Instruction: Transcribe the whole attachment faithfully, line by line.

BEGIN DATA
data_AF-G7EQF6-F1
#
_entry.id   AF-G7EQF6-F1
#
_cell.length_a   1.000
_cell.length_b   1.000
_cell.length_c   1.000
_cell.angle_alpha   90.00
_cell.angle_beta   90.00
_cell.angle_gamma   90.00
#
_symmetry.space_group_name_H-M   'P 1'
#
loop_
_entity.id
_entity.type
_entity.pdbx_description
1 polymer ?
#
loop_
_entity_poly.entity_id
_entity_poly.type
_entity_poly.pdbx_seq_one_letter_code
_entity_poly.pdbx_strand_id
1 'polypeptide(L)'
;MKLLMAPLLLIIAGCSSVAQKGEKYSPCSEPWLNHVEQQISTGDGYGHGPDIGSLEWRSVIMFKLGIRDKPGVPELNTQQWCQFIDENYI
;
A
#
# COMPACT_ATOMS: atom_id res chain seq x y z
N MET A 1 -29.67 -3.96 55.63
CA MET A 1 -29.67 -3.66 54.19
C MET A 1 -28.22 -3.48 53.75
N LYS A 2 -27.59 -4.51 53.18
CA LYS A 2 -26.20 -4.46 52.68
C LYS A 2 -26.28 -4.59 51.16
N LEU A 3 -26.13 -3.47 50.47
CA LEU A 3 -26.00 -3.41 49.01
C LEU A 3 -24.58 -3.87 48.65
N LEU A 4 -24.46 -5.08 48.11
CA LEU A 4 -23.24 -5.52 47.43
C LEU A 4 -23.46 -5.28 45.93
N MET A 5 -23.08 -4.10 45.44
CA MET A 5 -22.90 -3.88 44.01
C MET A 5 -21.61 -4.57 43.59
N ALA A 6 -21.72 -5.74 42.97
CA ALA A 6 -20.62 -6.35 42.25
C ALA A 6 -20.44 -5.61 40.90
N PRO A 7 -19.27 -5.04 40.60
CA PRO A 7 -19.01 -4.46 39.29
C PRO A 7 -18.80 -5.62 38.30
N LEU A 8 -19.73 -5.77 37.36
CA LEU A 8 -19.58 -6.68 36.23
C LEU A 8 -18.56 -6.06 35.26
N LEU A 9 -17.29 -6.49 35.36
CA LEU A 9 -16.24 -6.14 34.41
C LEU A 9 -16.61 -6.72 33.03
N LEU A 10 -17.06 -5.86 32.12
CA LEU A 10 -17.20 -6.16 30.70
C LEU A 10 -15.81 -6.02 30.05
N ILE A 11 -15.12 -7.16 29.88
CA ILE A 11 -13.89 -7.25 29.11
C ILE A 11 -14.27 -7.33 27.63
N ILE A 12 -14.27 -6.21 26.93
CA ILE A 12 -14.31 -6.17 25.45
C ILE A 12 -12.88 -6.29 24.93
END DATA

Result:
data_AF-G7EQF6-F1
#
_entry.id   AF-G7EQF6-F1
#
_cell.length_a   1.000
_cell.length_b   1.000
_cell.length_c   1.000
_cell.angle_alpha   90.00
_cell.angle_beta   90.00
_cell.angle_gamma   90.00
#
_symmetry.space_group_name_H-M   'P 1'
#
loop_
_entity.id
_entity.type
_entity.pdbx_description
1 polymer ?
#
loop_
_entity_poly.entity_id
_entity_poly.type
_entity_poly.pdbx_seq_one_letter_code
_entity_poly.pdbx_strand_id
1 'polypeptide(L)'
;MKLLMAPLLLIIAGCSSVAQKGEKYSPCSEPWLNHVEQQISTGDGYGHGPDIGSLEWRSVIMFKLGIRDKPGVPELNTQQWCQFIDENYI
;
A
#
# COMPACT_ATOMS: atom_id res chain seq x y z
N MET A 1 -29.67 -3.96 55.63
CA MET A 1 -29.67 -3.66 54.19
C MET A 1 -28.22 -3.48 53.75
N LYS A 2 -27.59 -4.51 53.18
CA LYS A 2 -26.20 -4.46 52.68
C LYS A 2 -26.28 -4.59 51.16
N LEU A 3 -26.13 -3.47 50.47
CA LEU A 3 -26.00 -3.41 49.01
C LEU A 3 -24.58 -3.87 48.65
N LEU A 4 -24.46 -5.08 48.11
CA LEU A 4 -23.24 -5.52 47.43
C LEU A 4 -23.46 -5.28 45.93
N MET A 5 -23.08 -4.10 45.44
CA MET A 5 -22.90 -3.88 44.01
C MET A 5 -21.61 -4.57 43.59
N ALA A 6 -21.72 -5.74 42.97
CA ALA A 6 -20.62 -6.35 42.25
C ALA A 6 -20.44 -5.61 40.90
N PRO A 7 -19.27 -5.04 40.60
CA PRO A 7 -19.01 -4.46 39.29
C PRO A 7 -18.80 -5.62 38.30
N LEU A 8 -19.73 -5.77 37.36
CA LEU A 8 -19.58 -6.68 36.23
C LEU A 8 -18.56 -6.06 35.26
N LEU A 9 -17.29 -6.49 35.36
CA LEU A 9 -16.24 -6.14 34.41
C LEU A 9 -16.61 -6.72 33.03
N LEU A 10 -17.06 -5.86 32.12
CA LEU A 10 -17.20 -6.16 30.70
C LEU A 10 -15.81 -6.02 30.05
N ILE A 11 -15.12 -7.16 29.88
CA ILE A 11 -13.89 -7.25 29.11
C ILE A 11 -14.27 -7.33 27.63
N ILE A 12 -14.27 -6.21 26.93
CA ILE A 12 -14.31 -6.17 25.45
C ILE A 12 -12.88 -6.29 24.93